Luxury dining experience in wilderness with monkey running across

A monkey runs across the private pool terrace of the Royal ‘Burra Sahib’ Suite at Sher Bagh. Image by James Houston

Why should I go now?

Thanks to stricter wildlife policies, India’s population of endangered Bengal tigers has increased by 33 percent since 2014, and with 60 tigers roaming 500-square-miles of wilderness, Ranthambore National Park remains the best place to see them.

The park was once the private hunting ground of the Maharajas of Jaipur, and is still home to many ruins of hunting lodges as well as a majestic crumbling fort from the 10th century. The landscape itself is varied with everything from dense jungle to open plains and desert-like areas; each safari jeep is assigned an area on arrival to prevent overcrowding and limit the impact on the habitat.

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The park tends to be quieter at this time of year, making the safari experience especially peaceful and whilst seeing a wild tiger is never guaranteed, it helps to have a knowledgeable guide. SUJÁN Sher Bagh is known to have not just the best guides and trackers, but the luxury group is also committed to conservation, meaning that every guest who stays at the camp is contributing to the group’s philanthropic initiatives.

Sun loungers underneath tree canopy

Sher Bagh’s swimming pool overlooks the wild grasslands. Image by James Houston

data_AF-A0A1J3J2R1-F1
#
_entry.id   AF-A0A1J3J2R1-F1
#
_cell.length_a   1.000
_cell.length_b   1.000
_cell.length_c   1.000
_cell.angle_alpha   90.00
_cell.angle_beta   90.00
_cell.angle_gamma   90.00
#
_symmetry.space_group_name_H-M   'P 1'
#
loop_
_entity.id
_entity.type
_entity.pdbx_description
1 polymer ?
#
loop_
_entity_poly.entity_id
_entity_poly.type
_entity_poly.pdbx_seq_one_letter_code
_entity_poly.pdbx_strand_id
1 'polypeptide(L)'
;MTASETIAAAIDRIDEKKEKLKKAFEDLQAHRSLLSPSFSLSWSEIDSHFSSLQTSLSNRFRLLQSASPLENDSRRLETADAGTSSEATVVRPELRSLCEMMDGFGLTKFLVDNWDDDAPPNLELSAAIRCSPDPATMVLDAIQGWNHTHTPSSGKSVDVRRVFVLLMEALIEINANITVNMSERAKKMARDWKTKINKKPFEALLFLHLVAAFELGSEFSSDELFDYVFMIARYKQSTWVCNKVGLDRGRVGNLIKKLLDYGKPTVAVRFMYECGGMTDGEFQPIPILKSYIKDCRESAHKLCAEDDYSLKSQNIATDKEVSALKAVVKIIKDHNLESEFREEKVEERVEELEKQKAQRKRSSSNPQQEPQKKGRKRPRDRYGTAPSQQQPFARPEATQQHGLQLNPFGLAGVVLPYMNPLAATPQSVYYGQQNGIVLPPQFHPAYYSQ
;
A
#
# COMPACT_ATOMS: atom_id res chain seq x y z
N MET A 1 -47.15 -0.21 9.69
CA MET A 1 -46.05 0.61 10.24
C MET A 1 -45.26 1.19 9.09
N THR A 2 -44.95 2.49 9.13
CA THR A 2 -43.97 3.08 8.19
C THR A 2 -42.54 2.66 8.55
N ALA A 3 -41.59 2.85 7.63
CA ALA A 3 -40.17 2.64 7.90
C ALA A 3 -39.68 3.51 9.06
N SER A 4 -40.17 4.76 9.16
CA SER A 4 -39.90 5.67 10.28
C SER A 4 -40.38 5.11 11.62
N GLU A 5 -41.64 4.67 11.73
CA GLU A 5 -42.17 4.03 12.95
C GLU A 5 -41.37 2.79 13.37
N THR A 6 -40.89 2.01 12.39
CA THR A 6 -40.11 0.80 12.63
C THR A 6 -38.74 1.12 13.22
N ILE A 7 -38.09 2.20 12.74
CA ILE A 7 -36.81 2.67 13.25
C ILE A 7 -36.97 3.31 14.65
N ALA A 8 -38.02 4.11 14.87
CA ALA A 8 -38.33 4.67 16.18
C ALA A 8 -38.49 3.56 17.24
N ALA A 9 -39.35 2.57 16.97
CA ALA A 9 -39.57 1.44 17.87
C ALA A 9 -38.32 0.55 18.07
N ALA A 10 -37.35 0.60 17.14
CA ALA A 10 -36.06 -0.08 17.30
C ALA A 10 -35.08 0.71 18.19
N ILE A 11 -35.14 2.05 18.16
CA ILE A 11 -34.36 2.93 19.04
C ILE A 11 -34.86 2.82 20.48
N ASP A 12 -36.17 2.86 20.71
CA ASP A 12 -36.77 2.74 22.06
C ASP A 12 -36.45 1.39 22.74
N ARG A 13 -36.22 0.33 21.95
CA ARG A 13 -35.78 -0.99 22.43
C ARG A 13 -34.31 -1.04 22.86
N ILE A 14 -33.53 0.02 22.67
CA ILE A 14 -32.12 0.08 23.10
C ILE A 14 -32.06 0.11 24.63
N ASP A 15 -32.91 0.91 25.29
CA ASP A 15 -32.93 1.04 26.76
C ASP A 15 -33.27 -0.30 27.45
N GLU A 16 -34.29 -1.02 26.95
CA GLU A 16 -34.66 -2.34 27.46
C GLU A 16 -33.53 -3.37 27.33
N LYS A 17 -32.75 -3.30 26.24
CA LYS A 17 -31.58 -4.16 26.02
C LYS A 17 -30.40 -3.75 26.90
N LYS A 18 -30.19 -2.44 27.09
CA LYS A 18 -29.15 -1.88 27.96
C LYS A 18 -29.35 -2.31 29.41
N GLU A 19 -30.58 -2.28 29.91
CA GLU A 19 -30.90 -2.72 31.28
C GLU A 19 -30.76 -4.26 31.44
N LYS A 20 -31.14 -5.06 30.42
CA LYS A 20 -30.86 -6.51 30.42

What’s the lowdown?

Sher Bagh is a luxury tented camp pitched under a canopy of indigenous trees on the fringes of Ranthambore National Park. There are only 12 tents with the majority arranged in a semi-circle and the royal suite secluded behind mud walls, giving the whole place an intimate, homely atmosphere, emphasised by the warmth of the staff. The place is designed to evoke the romance of old-world travel with wood panelled floors, leather furnishings, vintage trunks, crystal decanters of whiskey and golden oil lamps that light the pathways and hang from the branches come nightfall. The staff are mainly all from the local villages, and everything from the tents to the interior decorations and even the smooth mud surfaces of the pathways are created by local craftspeople, whilst the kitchen uses ingredients grown in the gardens and cultivated on the camp’s farm.

A white lily on lily pads in a pool of water

Image by James Houston

Man hanging golden lanterns onto a tree

Sher Bagh’s staff hang lamps on the trees at every dusk, creating a magical ‘fairy-tale’ atmosphere. Image by James Houston

Breakfast and lunch are generally served in the beautiful grand dining tent with a menu of delicious Anglo-Indian dishes, whilst dinner is traditional Indian cuisine served in a surprise location each evening. The thali and the buttery flaked parathas were amongst the best we’ve ever tasted, and we also loved the selection of canapés served with pre-drinks round the fire every evening, but the bespoke dining experiences were the real highlight. After a morning game drive, our jeep pulled up into the farm yard where a decadent breakfast buffet was laid out underneath the shade of a tree. Before eating, we were given the opportunity to try milking one of the cows and collect eggs from the henhouse, which were then cooked by the chef with fresh herbs and spices. On our final night, we arrived back at our tent to find a table set up on our private pool terrace, surround by hundreds of glowing lanterns.